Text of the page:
With support from CDC’s Division of Human Development and Disability, the National Association of County and City Health Officials (NACCHO) is offering a funding opportunity for local health departments to address the needs of people with disabilities in emergency preparedness, including COVID-19 planning, mitigation, and recovery efforts. Approximately 12 awards and $75,000 per award are available. Information about the funding opportunity, including project activities, goals, and application process, is available on the NACCHO website.

NACCHO will host an optional informational webinar for potential applicants on October 4 at 2:00 pm ET. Proposals are due Friday, October 21 at 11:59 pm PT and selections will be announced the week of October 31.

This is an extension of a project previously funded by CDC to ensure the inclusion of people with disabilities in state, territorial, and local health department preparedness and response efforts.

CDC Funding Will Establish a Disability and Health Data Collaborative

CDC has awarded supplemental funding to New York University (NYU) Grossman School of Medicine to implement a multi-site research study and establish a framework for a Disability and Health Data Collaborative. This project, entitled Disability and Health Data Collaborative: Using Data to Promote the Health and Wellness of People with Disabilities, will use state Medicaid data and data linkages to better characterize and evaluate the health and wellness of people with intellectual and developmental disabilities. The project will begin on September 30, 2022 and continue for two years.

NYU Grossman School of Medicine is a Prevention Research Center currently funded under CDC RFA-DP-19-001 to conduct Special Interest Projects to design, test, evaluate, disseminate, and translate effective, applied public health prevention research in the United States. NYU Grossman School of Medicine was awarded $479,989 for this supplement.


Inclusive and Accessible Communications: Best Practices and Lessons Learned from the COVID-19 Pandemic

A special issue of Assistive Technology Outcomes and Benefits features best practices in the development and dissemination of inclusive and accessible communications during the COVID-19 pandemic. This issue features a communications initiative funded by the CDC Foundation and perspectives from industry, academia, and the field, including:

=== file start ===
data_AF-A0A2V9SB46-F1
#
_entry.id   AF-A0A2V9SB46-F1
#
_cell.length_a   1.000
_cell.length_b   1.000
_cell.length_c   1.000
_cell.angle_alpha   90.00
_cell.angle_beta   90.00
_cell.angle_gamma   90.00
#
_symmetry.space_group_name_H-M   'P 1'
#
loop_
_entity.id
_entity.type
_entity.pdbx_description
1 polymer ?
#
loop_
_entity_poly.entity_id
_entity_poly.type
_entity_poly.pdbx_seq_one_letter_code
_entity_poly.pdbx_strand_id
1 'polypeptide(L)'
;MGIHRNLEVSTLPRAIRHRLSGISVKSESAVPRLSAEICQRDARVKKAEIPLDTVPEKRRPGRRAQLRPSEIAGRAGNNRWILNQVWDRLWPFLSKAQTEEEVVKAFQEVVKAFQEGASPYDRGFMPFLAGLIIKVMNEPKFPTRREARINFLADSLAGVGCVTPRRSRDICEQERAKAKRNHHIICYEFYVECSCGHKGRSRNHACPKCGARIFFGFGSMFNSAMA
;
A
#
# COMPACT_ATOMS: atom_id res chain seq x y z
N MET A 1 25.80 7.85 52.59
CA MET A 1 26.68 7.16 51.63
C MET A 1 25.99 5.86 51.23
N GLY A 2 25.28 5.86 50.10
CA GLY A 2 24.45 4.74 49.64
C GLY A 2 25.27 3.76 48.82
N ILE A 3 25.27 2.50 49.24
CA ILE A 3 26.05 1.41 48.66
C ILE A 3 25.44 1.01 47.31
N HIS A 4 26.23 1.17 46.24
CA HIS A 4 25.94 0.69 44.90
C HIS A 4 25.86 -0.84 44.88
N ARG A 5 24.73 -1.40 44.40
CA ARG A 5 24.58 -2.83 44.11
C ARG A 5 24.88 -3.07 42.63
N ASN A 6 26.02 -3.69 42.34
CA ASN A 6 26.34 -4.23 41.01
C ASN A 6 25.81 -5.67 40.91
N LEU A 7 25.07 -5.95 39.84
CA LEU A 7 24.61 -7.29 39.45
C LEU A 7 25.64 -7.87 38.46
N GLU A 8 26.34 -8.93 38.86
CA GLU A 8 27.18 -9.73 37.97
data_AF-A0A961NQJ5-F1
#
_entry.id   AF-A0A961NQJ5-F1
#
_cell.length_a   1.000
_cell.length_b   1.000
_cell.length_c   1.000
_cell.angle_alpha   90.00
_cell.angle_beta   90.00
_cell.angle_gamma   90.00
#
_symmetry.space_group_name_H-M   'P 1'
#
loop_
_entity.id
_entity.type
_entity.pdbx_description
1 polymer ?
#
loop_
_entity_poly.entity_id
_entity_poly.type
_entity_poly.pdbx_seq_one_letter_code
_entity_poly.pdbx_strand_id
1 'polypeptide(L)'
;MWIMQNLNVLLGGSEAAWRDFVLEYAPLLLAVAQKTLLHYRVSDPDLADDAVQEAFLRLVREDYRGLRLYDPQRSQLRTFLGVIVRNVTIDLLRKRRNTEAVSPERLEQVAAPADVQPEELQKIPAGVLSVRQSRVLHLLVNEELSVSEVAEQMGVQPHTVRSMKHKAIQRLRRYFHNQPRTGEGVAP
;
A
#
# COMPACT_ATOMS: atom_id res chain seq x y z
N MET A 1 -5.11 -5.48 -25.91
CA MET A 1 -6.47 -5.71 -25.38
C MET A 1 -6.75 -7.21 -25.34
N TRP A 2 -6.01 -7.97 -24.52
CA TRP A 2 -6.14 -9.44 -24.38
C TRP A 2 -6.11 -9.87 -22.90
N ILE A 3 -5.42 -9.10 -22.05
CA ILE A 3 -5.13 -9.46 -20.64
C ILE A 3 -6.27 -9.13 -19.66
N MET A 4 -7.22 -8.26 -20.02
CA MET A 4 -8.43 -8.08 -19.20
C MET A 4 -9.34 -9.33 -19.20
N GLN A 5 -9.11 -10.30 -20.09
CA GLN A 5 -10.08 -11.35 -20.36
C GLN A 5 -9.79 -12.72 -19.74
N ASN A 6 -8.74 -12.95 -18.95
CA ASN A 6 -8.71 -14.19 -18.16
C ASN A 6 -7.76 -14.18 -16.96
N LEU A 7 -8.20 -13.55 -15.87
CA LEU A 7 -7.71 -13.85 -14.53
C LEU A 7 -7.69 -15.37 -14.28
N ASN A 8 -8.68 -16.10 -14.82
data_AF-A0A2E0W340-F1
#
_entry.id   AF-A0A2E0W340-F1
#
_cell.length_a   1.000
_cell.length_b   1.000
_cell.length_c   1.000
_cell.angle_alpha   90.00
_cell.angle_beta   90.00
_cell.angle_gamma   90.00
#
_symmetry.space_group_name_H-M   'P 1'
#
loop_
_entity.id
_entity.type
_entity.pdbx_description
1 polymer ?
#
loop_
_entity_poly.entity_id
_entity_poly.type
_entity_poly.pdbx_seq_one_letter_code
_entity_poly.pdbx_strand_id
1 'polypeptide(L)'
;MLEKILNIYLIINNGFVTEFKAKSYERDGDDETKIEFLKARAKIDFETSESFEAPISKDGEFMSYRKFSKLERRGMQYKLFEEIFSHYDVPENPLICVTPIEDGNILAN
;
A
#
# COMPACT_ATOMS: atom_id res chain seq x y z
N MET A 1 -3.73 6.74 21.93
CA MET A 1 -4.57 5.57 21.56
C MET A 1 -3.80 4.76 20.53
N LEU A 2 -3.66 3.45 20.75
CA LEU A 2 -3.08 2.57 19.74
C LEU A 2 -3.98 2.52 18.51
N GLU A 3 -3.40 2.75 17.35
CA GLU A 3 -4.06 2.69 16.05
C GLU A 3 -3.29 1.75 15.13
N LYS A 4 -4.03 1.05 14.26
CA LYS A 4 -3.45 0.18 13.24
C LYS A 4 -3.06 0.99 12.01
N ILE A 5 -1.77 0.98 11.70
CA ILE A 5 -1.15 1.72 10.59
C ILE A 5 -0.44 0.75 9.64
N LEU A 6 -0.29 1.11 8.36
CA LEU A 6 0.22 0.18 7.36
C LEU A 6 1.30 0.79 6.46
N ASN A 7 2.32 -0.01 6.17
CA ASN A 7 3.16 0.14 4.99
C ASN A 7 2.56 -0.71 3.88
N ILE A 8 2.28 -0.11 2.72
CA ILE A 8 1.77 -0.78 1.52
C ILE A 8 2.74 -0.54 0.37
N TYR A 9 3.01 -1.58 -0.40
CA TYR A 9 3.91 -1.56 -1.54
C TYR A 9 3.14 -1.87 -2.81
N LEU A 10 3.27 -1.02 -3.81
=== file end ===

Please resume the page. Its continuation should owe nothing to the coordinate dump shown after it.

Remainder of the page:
• “Closing the Information Gap: Making COVID-19 Information Accessible for People with Disabilities” discusses the development and dissemination of COVID-19 information in braille, American Sign Language, easy-read, and other formats, as well as additional tools and trainings. Lessons learned include involving partners and people with disabilities in project development and implementation, adapting materials development in a rapidly changing context, and providing additional training to health communicators and public health practitioners.
  • ‘“Include Me”: Implementing Inclusive and Accessible Communication in Public Health’ describes the planning and delivery of inclusive and accessible scientific presentations for a Centers for Disease Control and Prevention Public Health Grand Rounds event. Lessons learned include working with partner organizations and colleagues who can model inclusive practices; including people with disabilities at every phase of program planning, implementation, and evaluation; and influencing systems to be more inclusive.

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DHDD’S mission is to lead inclusive programs to optimize the health and development of children and adults with, or at risk for, disabilities.

Newsletter Footer-National Center on Birth Defects and Developmental Disabilities, Division of Human Development and Disabilities